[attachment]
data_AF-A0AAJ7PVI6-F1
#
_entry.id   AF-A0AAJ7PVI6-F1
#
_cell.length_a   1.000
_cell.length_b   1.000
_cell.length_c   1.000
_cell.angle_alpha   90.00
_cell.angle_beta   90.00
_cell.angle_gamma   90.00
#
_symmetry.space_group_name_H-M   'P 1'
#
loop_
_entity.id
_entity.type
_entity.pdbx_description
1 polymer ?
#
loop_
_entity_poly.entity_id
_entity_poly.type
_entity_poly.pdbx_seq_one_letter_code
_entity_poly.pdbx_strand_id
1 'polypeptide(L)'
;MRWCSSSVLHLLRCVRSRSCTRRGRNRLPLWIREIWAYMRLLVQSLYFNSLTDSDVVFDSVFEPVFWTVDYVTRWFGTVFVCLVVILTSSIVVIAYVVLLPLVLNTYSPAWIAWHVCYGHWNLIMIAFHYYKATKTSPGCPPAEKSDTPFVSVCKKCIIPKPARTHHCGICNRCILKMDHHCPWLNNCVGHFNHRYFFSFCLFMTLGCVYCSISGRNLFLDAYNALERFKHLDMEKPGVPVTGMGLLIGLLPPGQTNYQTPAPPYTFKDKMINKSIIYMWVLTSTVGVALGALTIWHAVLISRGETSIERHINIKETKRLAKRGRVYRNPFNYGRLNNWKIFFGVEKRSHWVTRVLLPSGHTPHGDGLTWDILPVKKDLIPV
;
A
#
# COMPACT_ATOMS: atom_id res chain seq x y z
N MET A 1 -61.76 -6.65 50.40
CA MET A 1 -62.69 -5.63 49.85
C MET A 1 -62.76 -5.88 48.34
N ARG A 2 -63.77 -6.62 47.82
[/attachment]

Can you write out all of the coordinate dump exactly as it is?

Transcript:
data_AF-A0AAJ7PVI6-F1
#
_entry.id   AF-A0AAJ7PVI6-F1
#
_cell.length_a   1.000
_cell.length_b   1.000
_cell.length_c   1.000
_cell.angle_alpha   90.00
_cell.angle_beta   90.00
_cell.angle_gamma   90.00
#
_symmetry.space_group_name_H-M   'P 1'
#
loop_
_entity.id
_entity.type
_entity.pdbx_description
1 polymer ?
#
loop_
_entity_poly.entity_id
_entity_poly.type
_entity_poly.pdbx_seq_one_letter_code
_entity_poly.pdbx_strand_id
1 'polypeptide(L)'
;MRWCSSSVLHLLRCVRSRSCTRRGRNRLPLWIREIWAYMRLLVQSLYFNSLTDSDVVFDSVFEPVFWTVDYVTRWFGTVFVCLVVILTSSIVVIAYVVLLPLVLNTYSPAWIAWHVCYGHWNLIMIAFHYYKATKTSPGCPPAEKSDTPFVSVCKKCIIPKPARTHHCGICNRCILKMDHHCPWLNNCVGHFNHRYFFSFCLFMTLGCVYCSISGRNLFLDAYNALERFKHLDMEKPGVPVTGMGLLIGLLPPGQTNYQTPAPPYTFKDKMINKSIIYMWVLTSTVGVALGALTIWHAVLISRGETSIERHINIKETKRLAKRGRVYRNPFNYGRLNNWKIFFGVEKRSHWVTRVLLPSGHTPHGDGLTWDILPVKKDLIPV
;
A
#
# COMPACT_ATOMS: atom_id res chain seq x y z
N MET A 1 -61.76 -6.65 50.40
CA MET A 1 -62.69 -5.63 49.85
C MET A 1 -62.76 -5.88 48.34
N ARG A 2 -63.77 -6.62 47.82